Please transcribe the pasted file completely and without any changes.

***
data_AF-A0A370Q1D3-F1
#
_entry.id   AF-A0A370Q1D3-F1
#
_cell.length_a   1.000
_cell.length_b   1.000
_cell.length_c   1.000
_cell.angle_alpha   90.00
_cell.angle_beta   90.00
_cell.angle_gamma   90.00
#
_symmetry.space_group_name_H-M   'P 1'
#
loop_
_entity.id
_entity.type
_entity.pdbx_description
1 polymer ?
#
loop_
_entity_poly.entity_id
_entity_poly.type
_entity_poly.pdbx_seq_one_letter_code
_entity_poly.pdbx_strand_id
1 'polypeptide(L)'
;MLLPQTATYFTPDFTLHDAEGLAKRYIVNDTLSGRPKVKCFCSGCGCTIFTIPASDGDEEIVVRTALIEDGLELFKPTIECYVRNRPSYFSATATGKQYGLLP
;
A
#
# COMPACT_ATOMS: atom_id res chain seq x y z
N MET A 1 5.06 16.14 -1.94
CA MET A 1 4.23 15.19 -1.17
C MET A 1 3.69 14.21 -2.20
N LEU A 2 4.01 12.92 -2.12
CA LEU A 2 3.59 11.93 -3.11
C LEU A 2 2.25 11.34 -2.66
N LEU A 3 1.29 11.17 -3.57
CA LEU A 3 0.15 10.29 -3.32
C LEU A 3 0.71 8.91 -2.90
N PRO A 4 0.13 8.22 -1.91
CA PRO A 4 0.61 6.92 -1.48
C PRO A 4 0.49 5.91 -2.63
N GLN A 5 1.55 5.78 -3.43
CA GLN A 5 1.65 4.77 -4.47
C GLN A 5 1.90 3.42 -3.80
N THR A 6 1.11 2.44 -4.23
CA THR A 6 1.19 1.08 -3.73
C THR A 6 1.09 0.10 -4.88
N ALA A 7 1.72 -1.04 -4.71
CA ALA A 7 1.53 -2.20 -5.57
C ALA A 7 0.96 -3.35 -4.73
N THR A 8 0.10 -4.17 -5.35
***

data_AF-A0A370Q1D3-F1
#
_entry.id   AF-A0A370Q1D3-F1
#
_cell.length_a   1.000
_cell.length_b   1.000
_cell.length_c   1.000
_cell.angle_alpha   90.00
_cell.angle_beta   90.00
_cell.angle_gamma   90.00
#
_symmetry.space_group_name_H-M   'P 1'
#
loop_
_entity.id
_entity.type
_entity.pdbx_description
1 polymer ?
#
loop_
_entity_poly.entity_id
_entity_poly.type
_entity_poly.pdbx_seq_one_letter_code
_entity_poly.pdbx_strand_id
1 'polypeptide(L)'
;MLLPQTATYFTPDFTLHDAEGLAKRYIVNDTLSGRPKVKCFCSGCGCTIFTIPASDGDEEIVVRTALIEDGLELFKPTIECYVRNRPSYFSATATGKQYGLLP
;
A
#
# COMPACT_ATOMS: atom_id res chain seq x y z
N MET A 1 5.06 16.14 -1.94
CA MET A 1 4.23 15.19 -1.17
C MET A 1 3.69 14.21 -2.20
N LEU A 2 4.01 12.92 -2.12
CA LEU A 2 3.59 11.93 -3.11
C LEU A 2 2.25 11.34 -2.66
N LEU A 3 1.29 11.17 -3.57
CA LEU A 3 0.15 10.29 -3.32
C LEU A 3 0.71 8.91 -2.90
N PRO A 4 0.13 8.22 -1.91
CA PRO A 4 0.61 6.92 -1.48
C PRO A 4 0.49 5.91 -2.63
N GLN A 5 1.55 5.78 -3.43
CA GLN A 5 1.65 4.77 -4.47
C GLN A 5 1.90 3.42 -3.80
N THR A 6 1.11 2.44 -4.23
CA THR A 6 1.19 1.08 -3.73
C THR A 6 1.09 0.10 -4.88
N ALA A 7 1.72 -1.04 -4.71
CA ALA A 7 1.53 -2.20 -5.57
C ALA A 7 0.96 -3.35 -4.73
N THR A 8 0.10 -4.17 -5.35